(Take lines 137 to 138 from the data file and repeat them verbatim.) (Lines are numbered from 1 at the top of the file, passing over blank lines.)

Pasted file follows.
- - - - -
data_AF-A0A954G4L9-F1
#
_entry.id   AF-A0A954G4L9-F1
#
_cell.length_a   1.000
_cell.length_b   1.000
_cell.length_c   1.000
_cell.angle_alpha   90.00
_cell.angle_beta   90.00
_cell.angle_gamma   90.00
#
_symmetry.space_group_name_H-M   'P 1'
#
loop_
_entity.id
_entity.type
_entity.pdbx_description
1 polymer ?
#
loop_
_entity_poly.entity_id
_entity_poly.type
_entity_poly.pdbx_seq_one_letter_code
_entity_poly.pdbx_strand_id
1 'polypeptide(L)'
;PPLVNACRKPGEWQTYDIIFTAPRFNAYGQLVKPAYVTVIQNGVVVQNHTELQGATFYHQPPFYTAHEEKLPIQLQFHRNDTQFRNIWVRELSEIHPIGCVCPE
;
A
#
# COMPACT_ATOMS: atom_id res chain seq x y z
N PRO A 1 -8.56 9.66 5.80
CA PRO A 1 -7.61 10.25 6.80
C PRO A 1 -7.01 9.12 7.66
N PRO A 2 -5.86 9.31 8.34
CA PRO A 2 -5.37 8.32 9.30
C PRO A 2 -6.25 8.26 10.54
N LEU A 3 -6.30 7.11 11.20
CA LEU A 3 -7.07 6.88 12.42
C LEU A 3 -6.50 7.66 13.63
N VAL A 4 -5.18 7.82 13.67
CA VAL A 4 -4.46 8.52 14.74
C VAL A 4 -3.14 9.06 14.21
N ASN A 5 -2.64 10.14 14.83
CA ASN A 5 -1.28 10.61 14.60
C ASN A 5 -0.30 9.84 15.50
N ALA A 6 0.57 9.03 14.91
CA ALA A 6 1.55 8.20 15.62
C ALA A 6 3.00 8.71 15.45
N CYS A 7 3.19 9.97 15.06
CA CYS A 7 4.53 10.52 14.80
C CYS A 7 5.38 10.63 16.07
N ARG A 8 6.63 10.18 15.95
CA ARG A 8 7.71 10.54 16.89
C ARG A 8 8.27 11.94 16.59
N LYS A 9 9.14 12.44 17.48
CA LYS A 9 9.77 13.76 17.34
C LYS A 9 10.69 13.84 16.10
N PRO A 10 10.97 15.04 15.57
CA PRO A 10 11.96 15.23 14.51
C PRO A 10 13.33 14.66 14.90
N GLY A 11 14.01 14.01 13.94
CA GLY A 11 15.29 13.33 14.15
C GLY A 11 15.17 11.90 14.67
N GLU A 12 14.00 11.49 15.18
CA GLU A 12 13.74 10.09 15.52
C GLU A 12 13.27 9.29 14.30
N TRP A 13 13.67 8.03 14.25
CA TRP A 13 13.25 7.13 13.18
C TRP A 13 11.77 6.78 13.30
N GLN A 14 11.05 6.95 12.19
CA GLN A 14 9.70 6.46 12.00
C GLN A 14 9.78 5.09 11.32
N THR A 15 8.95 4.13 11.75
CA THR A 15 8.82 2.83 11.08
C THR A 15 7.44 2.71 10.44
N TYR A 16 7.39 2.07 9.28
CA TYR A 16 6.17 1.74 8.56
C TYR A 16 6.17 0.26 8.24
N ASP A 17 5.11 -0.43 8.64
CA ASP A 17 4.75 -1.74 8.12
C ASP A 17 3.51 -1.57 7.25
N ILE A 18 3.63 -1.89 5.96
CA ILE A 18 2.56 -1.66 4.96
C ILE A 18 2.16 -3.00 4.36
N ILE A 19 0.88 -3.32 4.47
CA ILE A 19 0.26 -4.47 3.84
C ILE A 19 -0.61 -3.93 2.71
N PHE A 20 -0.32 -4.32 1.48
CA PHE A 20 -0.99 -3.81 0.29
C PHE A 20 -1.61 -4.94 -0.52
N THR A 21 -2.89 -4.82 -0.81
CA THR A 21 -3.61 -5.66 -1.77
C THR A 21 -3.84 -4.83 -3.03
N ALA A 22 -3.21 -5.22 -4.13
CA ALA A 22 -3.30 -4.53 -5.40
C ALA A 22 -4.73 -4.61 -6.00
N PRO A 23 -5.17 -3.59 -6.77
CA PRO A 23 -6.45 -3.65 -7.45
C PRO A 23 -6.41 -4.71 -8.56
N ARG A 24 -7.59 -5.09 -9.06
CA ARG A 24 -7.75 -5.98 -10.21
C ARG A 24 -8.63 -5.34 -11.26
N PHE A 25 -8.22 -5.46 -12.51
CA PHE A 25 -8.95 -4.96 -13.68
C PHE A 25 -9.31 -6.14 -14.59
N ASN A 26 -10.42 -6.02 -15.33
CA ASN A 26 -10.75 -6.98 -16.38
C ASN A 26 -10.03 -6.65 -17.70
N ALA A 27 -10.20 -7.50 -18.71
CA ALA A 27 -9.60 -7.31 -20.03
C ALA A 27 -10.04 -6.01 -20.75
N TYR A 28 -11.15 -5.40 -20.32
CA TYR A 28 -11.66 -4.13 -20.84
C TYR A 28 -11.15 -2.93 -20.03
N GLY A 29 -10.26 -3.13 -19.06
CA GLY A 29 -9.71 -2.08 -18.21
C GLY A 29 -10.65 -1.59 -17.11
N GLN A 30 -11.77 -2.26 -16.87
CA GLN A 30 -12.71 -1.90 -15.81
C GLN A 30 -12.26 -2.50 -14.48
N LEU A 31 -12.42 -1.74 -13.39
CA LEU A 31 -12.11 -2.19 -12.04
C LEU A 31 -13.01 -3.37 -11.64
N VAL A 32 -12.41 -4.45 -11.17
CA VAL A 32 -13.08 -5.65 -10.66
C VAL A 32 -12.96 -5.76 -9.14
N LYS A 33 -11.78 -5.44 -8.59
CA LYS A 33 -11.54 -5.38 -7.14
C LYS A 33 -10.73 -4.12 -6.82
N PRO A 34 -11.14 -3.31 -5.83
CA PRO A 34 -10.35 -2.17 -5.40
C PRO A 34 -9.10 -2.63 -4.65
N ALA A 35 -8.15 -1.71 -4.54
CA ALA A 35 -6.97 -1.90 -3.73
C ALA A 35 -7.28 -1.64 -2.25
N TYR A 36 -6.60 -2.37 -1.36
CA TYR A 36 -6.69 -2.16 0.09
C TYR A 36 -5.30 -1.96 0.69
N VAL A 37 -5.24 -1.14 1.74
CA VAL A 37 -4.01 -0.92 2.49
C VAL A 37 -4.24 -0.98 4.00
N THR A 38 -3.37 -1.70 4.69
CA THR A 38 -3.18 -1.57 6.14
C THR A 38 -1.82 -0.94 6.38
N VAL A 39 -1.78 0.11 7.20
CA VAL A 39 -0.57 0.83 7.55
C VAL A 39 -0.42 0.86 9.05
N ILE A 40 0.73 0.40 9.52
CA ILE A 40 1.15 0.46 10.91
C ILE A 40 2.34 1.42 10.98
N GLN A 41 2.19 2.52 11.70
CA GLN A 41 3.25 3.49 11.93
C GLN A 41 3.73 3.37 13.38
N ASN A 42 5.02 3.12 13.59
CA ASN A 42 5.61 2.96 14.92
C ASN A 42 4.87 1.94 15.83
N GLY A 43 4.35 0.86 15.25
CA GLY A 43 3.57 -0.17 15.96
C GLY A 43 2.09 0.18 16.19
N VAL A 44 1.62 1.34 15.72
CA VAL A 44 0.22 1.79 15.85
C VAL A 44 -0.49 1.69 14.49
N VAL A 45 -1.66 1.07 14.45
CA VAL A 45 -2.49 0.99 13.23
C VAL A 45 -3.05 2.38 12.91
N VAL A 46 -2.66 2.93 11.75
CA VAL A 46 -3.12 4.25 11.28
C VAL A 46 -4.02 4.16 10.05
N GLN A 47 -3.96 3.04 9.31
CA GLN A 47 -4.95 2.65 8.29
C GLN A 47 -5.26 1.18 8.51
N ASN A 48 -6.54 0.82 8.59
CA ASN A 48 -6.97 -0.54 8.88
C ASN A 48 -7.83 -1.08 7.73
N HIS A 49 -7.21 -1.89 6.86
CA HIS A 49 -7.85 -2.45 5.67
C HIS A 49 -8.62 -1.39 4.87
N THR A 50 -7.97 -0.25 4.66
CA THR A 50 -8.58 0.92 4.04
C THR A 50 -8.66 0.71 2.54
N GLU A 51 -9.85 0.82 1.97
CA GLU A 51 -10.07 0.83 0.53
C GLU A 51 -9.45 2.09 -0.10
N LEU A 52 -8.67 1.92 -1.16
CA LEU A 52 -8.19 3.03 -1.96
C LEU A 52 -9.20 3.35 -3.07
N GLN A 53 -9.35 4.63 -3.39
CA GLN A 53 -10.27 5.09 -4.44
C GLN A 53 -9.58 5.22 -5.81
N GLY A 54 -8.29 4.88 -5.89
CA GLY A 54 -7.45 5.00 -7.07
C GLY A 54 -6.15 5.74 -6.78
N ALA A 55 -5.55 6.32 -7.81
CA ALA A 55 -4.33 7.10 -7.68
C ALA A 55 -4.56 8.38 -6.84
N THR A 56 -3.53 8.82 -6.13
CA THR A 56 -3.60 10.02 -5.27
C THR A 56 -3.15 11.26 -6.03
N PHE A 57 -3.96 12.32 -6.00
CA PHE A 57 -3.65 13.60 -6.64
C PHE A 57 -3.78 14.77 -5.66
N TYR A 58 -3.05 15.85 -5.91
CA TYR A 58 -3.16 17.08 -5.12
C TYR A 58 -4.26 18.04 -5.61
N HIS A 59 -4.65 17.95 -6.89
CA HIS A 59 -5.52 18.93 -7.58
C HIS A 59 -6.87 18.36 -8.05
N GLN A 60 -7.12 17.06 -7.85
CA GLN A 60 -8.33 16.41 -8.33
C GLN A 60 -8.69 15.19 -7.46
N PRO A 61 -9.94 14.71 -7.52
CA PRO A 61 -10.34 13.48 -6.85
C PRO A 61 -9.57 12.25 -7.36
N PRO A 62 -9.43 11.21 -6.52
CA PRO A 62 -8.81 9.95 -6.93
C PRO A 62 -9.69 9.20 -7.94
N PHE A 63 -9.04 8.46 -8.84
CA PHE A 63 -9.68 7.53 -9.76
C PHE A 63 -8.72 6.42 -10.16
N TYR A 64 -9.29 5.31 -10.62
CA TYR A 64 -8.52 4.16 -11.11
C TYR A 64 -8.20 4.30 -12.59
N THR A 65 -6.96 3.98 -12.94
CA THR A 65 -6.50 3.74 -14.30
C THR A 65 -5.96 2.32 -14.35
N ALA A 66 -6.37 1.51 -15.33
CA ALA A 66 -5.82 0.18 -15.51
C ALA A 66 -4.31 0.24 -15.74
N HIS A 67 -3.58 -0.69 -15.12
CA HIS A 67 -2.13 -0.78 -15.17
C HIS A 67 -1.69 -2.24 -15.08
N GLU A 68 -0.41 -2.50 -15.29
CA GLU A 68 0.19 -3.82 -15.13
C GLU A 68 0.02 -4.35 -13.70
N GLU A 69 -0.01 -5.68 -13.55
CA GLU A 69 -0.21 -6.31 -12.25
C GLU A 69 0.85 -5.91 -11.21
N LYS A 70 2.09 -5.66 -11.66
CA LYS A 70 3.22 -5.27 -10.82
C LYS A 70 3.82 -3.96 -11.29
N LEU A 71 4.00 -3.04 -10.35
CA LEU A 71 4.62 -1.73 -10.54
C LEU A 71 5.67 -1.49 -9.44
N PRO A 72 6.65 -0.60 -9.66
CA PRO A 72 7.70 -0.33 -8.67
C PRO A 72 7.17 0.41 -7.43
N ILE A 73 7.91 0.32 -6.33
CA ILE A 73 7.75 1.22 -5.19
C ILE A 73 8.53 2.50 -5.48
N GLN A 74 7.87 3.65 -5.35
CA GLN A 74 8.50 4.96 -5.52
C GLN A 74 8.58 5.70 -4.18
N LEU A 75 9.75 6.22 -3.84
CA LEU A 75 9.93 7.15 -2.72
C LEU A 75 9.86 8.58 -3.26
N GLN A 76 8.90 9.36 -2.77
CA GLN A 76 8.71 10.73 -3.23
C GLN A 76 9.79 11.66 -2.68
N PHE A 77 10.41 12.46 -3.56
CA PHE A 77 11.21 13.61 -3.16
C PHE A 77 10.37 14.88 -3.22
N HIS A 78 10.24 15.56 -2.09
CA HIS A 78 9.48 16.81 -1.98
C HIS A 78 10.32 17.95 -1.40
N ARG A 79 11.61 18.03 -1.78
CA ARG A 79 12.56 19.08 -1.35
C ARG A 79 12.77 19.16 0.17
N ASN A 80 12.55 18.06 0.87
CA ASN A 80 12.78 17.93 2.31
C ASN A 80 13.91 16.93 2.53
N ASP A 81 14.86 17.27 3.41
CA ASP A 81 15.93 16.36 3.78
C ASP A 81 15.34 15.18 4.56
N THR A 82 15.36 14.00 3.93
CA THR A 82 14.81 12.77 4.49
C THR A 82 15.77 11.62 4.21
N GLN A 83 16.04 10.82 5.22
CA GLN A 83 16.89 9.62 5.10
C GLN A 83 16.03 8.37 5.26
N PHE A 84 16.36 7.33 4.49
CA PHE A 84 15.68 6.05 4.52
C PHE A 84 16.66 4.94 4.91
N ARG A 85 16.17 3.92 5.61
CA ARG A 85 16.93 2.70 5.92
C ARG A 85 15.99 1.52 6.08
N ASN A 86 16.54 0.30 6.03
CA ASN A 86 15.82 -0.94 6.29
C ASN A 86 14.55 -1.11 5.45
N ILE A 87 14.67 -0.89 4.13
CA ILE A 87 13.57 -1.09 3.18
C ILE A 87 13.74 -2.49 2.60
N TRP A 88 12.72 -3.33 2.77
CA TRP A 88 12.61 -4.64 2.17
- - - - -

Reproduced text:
CA TYR A 36 -6.69 -2.16 0.09
C TYR A 36 -5.30 -1.96 0.69